But I digress.
This was 1969, and the world I dwelled in was not kind to faggots. The only way I could survive was to hide my urges and pretend to be straight. That way, I wouldn’t get my teeth knocked out. My sex life—and this was pathetic—was a tube of jelly and my right hand. In high school, I actually went on dates with girls to the prom and all, but never felt anything sexual when I held a girl’s hand or put my arm around her waist. Even then, I knew marriage to a woman wasn’t going to work for me.
Now, in the dorm room, I lay on the bed closest to the windows and wove my fingers behind my neck. I stared at the plaster ceiling, then at a cobweb waving in one corner. My hang-up clothes were stored in one of the room’s closets, while my folded clothes rested in a bureau. My manual Olivetti typewriter—it weighed twenty pounds—hulked on the desk I’d chosen to use.
Cool air wafted from a ceiling register, so at least the room was climate-controlled. I’d heard some dorms on campus didn’t even have air-conditioning and I figured the rooms in those buildings must have felt like ovens right then, so I had something to be grateful for. I wasn’t sweating and—
Someone rapped on my door, and my body jerked in response. Who could it be?
I turned my gaze to the door and hollered, “Come in.”
When the door swung open, three people stood in the hallway, peering into my room. Two were a middle-aged couple. The third was a slender guy my age. All three carried cardboard boxes.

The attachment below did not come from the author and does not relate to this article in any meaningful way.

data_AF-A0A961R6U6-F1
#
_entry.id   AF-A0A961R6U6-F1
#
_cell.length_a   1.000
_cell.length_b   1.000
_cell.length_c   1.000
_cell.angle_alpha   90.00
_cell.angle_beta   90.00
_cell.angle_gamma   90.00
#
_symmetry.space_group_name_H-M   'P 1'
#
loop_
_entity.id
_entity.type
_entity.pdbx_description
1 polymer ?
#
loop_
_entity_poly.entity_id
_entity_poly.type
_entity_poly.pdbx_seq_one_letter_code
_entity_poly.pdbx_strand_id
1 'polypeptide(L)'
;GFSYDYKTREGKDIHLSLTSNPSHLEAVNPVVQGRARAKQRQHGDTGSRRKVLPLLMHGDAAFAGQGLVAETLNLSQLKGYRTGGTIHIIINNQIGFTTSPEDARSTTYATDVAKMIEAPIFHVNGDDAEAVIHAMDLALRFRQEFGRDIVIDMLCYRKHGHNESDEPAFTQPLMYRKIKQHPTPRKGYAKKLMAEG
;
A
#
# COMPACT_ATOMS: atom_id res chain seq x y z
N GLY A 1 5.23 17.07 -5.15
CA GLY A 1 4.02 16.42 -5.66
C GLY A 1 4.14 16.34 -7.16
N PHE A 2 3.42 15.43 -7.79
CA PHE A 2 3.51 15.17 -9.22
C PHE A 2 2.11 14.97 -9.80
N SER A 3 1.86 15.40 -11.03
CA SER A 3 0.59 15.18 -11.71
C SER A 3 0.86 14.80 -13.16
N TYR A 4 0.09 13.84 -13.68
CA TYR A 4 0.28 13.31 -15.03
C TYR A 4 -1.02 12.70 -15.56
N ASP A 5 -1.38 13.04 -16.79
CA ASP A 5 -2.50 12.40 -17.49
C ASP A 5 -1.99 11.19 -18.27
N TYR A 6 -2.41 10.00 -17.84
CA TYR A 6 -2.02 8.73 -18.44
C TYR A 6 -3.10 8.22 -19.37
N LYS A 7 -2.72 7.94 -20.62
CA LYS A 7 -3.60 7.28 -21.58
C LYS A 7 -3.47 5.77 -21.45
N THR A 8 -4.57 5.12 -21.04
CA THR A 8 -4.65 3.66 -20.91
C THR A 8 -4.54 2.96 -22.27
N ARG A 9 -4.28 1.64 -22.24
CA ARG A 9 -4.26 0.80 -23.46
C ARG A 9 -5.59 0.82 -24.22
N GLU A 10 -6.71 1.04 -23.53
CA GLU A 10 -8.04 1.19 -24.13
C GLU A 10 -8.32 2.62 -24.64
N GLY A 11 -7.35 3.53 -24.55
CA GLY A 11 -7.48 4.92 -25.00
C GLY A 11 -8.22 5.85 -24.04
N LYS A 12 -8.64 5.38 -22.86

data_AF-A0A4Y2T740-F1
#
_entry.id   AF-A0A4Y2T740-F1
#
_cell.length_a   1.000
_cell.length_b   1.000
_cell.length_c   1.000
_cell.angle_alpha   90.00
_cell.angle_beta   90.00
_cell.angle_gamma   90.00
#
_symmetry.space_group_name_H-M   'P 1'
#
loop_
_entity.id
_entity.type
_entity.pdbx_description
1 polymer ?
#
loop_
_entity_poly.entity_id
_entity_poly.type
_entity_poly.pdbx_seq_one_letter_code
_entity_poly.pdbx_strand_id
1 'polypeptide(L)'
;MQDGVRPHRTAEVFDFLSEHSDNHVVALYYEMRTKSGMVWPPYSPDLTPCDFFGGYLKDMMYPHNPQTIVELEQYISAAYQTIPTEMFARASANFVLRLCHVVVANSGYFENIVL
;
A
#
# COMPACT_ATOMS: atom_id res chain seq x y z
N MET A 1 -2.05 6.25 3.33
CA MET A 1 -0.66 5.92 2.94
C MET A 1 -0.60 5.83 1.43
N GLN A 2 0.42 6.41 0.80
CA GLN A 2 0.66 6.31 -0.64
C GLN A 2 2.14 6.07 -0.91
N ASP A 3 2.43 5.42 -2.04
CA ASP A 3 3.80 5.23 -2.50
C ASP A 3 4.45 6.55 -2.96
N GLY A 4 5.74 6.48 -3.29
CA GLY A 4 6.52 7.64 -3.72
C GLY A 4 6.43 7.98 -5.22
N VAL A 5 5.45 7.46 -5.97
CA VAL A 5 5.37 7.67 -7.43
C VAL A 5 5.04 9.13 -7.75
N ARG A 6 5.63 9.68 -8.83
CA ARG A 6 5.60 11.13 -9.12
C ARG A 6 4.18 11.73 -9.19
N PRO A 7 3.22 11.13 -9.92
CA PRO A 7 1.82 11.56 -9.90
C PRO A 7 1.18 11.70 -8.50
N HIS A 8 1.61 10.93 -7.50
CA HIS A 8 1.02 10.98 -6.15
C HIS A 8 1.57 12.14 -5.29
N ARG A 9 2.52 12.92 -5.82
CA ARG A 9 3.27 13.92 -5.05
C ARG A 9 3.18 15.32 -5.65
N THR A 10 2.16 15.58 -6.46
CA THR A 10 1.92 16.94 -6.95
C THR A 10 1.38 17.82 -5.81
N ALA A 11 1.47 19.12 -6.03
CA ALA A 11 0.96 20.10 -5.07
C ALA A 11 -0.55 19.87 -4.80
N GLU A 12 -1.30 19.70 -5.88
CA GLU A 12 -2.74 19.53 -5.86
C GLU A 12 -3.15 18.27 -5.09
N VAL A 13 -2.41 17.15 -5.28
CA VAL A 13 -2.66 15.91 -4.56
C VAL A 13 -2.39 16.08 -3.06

“Hi,” the younger guy said. “I’m Ben Stonecipher, and I guess we’re roommates. Mind if we come in?”
I swung my feet to the floor and rose. Then I shook Ben’s hand after he put down his boxes. His grip felt firm and warm.
After I introduced myself, he pointed to the couple behind him. “These are my folks, Will and Sarah Stonecipher.”
Will Stonecipher looked like a doctor in a TV series: tall, with salt-and-pepper hair, a trim waist, and an easy smile. He wore dress slacks, a Banlon shirt, and leather slip-ons.
After he set down his boxes, he shook my hand. “Pleased to meet you, Johnny,” he said in a gentle baritone flavored with a Florida drawl. Then he pointed at his son. “Don’t let that guy give you any trouble this year, understand?”